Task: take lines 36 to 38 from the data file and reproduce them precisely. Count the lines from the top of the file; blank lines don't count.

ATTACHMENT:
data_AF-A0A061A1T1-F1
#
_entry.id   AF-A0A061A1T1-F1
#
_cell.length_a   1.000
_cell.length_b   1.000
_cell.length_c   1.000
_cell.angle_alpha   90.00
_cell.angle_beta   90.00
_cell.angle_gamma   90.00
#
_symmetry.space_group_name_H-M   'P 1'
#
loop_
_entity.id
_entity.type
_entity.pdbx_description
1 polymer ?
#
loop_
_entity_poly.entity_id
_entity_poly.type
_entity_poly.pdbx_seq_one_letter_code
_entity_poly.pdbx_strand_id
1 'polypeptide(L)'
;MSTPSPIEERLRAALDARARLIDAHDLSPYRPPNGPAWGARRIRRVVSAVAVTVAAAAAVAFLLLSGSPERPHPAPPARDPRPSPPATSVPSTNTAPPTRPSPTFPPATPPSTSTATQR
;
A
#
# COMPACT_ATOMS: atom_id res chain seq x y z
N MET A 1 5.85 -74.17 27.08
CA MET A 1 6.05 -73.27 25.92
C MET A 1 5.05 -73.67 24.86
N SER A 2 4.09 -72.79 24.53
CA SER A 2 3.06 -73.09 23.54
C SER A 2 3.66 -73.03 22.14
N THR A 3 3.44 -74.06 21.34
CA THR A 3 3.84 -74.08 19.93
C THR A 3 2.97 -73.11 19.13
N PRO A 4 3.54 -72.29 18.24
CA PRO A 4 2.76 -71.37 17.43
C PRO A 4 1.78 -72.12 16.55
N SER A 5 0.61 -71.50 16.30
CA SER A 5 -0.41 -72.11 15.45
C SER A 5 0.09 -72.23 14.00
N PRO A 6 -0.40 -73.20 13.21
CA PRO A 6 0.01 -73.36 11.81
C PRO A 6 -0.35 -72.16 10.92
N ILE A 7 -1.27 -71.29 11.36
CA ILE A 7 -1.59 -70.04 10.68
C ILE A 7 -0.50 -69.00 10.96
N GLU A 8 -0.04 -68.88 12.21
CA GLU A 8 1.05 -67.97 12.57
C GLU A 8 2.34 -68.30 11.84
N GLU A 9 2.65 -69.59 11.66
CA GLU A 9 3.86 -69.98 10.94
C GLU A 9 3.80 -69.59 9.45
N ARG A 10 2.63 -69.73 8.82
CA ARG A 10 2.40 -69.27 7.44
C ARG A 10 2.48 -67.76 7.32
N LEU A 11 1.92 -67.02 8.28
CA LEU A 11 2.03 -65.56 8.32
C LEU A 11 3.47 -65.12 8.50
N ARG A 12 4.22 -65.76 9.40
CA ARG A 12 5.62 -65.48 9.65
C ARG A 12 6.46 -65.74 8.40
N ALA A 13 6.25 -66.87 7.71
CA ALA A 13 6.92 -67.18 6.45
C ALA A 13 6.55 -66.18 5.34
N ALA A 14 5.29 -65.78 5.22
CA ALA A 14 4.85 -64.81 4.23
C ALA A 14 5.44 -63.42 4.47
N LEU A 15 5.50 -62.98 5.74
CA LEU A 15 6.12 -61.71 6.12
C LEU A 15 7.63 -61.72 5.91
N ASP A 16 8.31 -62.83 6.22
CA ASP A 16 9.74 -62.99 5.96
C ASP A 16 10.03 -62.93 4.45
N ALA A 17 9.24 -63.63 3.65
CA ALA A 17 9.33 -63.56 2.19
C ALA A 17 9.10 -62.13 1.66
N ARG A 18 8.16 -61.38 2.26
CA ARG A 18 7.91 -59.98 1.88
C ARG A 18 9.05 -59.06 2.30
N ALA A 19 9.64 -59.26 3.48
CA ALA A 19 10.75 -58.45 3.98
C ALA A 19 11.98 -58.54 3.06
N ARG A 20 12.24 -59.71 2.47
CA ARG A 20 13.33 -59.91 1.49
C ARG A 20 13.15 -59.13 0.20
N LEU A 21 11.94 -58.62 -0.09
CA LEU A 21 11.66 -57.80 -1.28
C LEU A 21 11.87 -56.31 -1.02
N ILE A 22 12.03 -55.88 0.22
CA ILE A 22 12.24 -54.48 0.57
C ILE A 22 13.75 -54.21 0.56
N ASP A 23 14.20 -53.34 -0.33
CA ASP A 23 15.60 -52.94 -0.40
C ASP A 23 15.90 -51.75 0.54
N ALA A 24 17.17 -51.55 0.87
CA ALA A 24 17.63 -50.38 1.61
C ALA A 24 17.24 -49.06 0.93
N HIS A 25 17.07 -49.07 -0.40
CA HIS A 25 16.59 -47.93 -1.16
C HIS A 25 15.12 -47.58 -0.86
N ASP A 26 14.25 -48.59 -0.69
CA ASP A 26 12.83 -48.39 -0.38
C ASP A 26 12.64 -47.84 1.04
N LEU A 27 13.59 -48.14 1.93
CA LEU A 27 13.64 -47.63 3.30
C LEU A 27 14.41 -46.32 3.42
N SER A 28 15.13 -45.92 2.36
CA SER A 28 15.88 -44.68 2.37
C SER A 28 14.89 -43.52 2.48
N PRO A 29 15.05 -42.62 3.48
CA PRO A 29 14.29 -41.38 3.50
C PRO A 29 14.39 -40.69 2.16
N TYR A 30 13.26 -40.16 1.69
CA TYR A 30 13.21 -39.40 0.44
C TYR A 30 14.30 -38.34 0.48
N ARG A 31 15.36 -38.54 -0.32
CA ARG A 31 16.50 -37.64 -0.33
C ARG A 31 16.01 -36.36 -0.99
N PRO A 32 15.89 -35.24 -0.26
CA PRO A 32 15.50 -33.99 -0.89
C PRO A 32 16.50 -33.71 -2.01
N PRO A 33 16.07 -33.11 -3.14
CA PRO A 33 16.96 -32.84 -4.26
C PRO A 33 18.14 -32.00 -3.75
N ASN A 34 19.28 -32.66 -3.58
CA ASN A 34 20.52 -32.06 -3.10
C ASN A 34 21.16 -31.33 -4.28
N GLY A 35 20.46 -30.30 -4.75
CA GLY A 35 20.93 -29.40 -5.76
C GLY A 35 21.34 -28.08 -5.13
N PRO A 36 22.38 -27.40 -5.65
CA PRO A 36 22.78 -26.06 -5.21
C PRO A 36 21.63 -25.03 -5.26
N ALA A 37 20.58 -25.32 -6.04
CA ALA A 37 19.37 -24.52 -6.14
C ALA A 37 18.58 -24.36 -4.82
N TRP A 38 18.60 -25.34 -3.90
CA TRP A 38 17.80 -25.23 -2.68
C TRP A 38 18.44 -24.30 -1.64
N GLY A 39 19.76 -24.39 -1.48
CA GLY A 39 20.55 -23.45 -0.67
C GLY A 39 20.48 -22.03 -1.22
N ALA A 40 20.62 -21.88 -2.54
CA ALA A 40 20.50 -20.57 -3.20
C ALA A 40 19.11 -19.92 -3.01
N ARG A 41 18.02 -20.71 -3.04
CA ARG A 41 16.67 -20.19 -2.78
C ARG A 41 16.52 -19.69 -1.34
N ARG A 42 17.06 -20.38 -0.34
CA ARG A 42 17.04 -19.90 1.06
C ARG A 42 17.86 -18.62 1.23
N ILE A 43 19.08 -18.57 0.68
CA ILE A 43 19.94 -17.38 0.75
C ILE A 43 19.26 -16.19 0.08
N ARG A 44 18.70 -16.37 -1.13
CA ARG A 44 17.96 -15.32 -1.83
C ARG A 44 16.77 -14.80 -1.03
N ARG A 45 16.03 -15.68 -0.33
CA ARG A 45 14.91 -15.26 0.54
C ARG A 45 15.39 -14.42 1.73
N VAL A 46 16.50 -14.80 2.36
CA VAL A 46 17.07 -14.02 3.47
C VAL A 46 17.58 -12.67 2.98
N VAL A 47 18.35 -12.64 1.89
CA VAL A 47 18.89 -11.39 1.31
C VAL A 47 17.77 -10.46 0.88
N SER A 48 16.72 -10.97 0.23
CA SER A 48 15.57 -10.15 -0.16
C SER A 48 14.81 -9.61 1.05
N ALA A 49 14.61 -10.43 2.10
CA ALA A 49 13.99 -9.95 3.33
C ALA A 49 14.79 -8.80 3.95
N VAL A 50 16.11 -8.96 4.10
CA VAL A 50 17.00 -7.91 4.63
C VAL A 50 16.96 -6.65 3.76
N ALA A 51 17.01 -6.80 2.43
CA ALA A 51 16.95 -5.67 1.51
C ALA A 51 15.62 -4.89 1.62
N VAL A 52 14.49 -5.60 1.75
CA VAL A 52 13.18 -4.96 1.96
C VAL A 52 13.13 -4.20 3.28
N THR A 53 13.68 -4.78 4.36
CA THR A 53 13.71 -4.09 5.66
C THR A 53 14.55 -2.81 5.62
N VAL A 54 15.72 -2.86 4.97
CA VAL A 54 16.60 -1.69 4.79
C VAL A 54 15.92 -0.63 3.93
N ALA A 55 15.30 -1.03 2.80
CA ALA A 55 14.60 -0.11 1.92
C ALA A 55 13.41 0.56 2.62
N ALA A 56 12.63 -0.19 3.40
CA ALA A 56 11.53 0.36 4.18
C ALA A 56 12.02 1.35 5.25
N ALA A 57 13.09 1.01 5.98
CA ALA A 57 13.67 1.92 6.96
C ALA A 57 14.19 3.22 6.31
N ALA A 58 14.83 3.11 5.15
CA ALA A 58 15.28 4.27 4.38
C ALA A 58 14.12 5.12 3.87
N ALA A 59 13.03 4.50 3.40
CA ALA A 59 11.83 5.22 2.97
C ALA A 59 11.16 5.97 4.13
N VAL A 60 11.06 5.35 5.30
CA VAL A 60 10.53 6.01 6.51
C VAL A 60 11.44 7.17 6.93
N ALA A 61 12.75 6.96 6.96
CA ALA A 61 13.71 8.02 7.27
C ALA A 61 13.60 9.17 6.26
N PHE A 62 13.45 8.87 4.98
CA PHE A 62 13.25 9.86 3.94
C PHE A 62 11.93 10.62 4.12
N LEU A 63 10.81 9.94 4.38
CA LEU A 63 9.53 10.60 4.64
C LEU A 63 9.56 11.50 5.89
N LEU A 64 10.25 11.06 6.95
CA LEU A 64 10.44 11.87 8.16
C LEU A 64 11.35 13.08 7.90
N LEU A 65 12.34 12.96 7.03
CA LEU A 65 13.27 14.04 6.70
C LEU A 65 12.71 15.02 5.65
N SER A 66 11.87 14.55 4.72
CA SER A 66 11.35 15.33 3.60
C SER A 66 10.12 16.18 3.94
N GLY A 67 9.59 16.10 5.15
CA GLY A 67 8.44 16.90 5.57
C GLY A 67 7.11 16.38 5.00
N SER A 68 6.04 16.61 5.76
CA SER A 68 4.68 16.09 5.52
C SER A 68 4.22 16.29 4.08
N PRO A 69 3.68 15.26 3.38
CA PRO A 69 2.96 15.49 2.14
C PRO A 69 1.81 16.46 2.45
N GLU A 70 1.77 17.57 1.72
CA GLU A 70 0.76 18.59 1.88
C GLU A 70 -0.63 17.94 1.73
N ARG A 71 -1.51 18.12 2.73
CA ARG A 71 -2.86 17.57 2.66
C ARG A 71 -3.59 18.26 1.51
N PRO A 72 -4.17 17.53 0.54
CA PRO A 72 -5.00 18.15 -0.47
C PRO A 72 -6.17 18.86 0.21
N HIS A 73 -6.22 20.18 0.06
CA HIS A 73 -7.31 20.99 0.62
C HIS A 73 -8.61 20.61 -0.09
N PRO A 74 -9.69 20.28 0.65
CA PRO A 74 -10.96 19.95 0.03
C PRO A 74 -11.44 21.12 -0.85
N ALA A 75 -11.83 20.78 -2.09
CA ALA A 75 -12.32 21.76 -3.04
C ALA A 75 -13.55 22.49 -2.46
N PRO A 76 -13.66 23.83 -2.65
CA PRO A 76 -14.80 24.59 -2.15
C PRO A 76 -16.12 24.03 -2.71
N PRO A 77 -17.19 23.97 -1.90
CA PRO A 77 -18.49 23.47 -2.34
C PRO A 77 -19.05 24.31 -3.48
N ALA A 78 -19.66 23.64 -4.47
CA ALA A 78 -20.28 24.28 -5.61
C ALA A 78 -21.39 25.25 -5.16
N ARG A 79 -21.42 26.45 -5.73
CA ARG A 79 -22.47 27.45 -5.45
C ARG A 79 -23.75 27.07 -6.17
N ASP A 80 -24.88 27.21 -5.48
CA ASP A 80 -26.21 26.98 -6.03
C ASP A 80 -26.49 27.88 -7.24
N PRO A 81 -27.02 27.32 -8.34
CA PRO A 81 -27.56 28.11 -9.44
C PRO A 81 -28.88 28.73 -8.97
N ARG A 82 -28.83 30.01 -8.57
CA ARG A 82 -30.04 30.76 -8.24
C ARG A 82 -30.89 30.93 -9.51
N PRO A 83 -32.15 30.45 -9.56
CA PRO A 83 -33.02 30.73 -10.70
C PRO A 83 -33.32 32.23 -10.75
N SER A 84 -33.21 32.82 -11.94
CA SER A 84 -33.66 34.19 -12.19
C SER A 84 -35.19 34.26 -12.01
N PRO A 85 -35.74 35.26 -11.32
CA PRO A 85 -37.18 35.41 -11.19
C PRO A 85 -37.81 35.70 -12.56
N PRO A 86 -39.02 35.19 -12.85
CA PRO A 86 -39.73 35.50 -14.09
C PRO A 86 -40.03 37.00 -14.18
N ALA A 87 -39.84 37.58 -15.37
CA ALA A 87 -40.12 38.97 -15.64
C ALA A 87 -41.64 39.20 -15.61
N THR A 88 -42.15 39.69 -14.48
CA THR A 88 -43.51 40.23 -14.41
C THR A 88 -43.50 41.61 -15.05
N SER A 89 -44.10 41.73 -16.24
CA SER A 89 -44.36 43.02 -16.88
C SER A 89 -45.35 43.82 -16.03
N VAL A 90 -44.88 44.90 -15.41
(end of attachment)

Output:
C SER A 2 3.66 -73.03 22.14
N THR A 3 3.44 -74.06 21.34
CA THR A 3 3.84 -74.08 19.93